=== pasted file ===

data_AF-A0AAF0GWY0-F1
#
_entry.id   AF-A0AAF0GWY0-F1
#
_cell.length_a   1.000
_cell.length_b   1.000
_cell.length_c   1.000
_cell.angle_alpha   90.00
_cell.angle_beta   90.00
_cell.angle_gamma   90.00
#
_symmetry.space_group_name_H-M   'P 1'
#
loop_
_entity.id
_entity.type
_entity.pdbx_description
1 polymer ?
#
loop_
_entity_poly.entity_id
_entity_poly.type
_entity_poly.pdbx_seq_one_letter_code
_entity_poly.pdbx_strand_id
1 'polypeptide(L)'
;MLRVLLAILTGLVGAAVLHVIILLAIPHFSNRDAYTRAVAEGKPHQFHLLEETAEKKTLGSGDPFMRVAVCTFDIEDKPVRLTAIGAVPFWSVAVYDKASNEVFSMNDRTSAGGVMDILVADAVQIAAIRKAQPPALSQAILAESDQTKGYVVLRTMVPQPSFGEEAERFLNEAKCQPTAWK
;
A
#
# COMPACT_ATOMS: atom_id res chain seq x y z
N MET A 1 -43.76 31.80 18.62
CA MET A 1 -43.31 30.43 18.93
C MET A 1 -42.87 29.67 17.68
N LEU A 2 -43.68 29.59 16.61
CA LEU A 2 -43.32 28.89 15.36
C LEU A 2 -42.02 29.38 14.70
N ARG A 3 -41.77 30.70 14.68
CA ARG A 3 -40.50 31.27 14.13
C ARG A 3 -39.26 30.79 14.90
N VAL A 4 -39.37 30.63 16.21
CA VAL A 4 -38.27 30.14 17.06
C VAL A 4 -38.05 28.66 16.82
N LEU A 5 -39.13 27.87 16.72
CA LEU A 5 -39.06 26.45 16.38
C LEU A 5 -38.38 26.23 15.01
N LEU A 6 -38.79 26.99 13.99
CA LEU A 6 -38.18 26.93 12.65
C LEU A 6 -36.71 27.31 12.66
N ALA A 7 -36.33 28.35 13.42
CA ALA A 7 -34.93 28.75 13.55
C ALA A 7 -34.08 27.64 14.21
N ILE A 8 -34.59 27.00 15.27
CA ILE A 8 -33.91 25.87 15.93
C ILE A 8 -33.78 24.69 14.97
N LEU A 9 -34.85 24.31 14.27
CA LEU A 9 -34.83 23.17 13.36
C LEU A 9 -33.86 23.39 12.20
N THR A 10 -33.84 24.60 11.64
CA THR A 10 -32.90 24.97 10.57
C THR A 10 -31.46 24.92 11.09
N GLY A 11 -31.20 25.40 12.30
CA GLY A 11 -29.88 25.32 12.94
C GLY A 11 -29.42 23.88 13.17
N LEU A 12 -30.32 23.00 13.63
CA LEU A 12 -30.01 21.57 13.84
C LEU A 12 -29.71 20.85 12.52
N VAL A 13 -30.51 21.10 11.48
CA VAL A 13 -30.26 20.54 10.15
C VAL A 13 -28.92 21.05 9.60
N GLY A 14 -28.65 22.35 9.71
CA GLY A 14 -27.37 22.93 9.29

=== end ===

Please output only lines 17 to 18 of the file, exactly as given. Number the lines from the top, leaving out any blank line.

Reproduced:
_entity.pdbx_description
1 polymer ?